Set in the late 1950s in Algeria when the National Liberation Front is organising guerrilla/terrorist cells in the Casbah of Algiers. The French army is brought in to destroy the resistance using whatever means are expedient. They win the battle but not the war. One of the greatest "political" movies ever made, with untrained actors for the most part, filmed in a documentary style. Even the torture scenes look real.
Regarded when it was being made as the definitive Vietnam War movie, Coppola's vision of the transformation of Americans from liberators into perpetrators of evil as they traveled upriver into the Vietnamese or Cambodian "heart of darkness" got bogged down by the weight of production difficulties and intellectual confusion as to how the film would end. Coppola saw clearly how power corrupted individuals in his "Godfather" trilogy. What he didn't realise was that he too could be corrupted by power, money and intellectual hubris. His wife's documentary of the making of the film "Hearts of Darkness" shows how closely the making of "Apocalypse Now" paralleled America's involvement in Vietnam. There are brilliant vignettes as the military assassin travels upriver in pursuit of the renegade Kurtz (the atrocity on the sampan, the Playgirls entertaining the troops, Col. Kilgore's helicopter ride of the Valkyries, and the bridge at the border) but Coppola does not know how to end the film. Neither of the two endings he has used are satisfying ends to what has gone before. Loosely based on the story "Heart of Darkness" by Joseph Conrad.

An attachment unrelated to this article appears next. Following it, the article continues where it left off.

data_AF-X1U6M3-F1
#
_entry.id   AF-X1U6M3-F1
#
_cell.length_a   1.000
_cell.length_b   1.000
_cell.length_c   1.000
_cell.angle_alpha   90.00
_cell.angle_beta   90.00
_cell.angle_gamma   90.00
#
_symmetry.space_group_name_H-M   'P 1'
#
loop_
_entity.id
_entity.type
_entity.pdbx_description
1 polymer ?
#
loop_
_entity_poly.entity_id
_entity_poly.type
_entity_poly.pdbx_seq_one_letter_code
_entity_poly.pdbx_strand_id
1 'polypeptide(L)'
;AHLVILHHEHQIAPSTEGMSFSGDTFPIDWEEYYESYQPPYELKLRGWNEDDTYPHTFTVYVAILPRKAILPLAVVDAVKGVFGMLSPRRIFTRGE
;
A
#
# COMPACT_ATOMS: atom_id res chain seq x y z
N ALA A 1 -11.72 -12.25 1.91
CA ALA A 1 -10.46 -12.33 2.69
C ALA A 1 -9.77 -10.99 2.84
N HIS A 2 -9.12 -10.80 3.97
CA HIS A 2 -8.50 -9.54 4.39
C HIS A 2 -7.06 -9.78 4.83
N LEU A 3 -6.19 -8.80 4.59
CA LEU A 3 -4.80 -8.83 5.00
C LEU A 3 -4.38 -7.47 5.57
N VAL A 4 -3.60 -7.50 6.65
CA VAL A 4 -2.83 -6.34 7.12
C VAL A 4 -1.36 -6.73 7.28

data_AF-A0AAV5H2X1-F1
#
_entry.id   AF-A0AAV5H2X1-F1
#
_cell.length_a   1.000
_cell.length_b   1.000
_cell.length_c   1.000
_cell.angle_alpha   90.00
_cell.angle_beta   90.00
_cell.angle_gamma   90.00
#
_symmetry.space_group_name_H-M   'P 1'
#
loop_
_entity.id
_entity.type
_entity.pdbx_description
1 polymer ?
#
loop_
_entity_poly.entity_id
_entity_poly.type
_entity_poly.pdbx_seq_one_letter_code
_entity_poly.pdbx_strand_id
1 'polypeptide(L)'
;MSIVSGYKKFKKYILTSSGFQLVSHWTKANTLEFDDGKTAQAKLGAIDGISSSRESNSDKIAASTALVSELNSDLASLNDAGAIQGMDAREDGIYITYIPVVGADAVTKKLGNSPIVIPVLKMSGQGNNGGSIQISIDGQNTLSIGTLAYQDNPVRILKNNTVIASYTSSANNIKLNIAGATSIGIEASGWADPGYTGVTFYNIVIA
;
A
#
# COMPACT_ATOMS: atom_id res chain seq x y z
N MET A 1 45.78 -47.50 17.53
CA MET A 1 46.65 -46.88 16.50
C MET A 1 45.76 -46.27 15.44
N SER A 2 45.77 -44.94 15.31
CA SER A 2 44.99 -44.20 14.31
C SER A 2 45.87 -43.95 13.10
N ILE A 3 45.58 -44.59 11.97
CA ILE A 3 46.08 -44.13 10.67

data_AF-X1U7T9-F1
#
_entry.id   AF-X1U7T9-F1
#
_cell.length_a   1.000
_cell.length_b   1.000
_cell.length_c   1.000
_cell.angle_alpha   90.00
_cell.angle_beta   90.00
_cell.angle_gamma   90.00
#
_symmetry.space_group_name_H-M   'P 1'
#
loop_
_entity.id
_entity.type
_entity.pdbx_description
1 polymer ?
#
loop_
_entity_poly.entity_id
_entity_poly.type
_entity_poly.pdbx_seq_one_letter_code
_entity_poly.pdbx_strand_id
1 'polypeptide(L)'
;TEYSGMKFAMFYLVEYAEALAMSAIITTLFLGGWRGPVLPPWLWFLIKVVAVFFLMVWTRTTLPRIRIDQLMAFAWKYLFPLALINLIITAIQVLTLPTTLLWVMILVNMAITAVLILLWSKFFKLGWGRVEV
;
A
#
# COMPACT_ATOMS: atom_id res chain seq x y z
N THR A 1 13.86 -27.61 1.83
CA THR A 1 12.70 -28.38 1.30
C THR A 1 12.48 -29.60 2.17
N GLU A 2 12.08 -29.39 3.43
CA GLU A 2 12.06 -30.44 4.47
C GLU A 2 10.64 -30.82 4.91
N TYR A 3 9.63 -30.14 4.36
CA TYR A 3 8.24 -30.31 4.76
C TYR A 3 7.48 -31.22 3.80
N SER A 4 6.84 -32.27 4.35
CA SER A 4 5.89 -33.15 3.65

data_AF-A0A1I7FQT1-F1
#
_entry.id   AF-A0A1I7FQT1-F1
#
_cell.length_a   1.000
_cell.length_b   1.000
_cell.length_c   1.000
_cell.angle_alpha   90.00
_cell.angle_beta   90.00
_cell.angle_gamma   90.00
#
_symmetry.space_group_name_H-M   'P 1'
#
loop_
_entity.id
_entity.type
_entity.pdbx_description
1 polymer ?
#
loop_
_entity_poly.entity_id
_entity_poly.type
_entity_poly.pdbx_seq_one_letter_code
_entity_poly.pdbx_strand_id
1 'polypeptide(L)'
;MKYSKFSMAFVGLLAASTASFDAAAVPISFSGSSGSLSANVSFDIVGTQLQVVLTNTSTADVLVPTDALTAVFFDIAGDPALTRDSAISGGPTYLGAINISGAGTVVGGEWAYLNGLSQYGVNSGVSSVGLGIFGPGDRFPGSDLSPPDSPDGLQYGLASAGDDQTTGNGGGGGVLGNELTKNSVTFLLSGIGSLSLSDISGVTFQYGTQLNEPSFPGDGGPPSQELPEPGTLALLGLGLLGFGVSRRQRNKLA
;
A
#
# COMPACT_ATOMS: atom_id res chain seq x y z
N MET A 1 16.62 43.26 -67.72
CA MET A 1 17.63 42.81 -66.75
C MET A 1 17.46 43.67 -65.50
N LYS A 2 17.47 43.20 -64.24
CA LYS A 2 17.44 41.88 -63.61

The Vietnam veteran Stone's autobiographical movie has assumed the status of the canonical account of the ordinary soldier's experience of the Vietnam War. In the special edition on Laser Disc photos taken by Stone as a soldier in Vietnam are mixed with photos from the shooting of the film in a facsimile veteran's photo album. Stone no longer is able (or perhaps cares) to separate fact from fiction. Stone's experience was not typical because he came from a wealthy family, he worked in Vietnam as a teacher before he fought there, and he volunteered. Nevertheless, he (with the assistance of his military advisor Dale Dye) has captured aspects of the Vietnam War experience which others have missed (jungle warfare, insects, night ambushes, the social division between the "juicers" (Southern white alcohol drinkers) and the "pot-heads" (mainly black and northern and western whites)). The anti-war thrust of the film is dissipated by cuts in the screenplay (written in anger during the American Bicentennial celebrations in 1976) and the claim by Taylor that the war experience has made a man of him.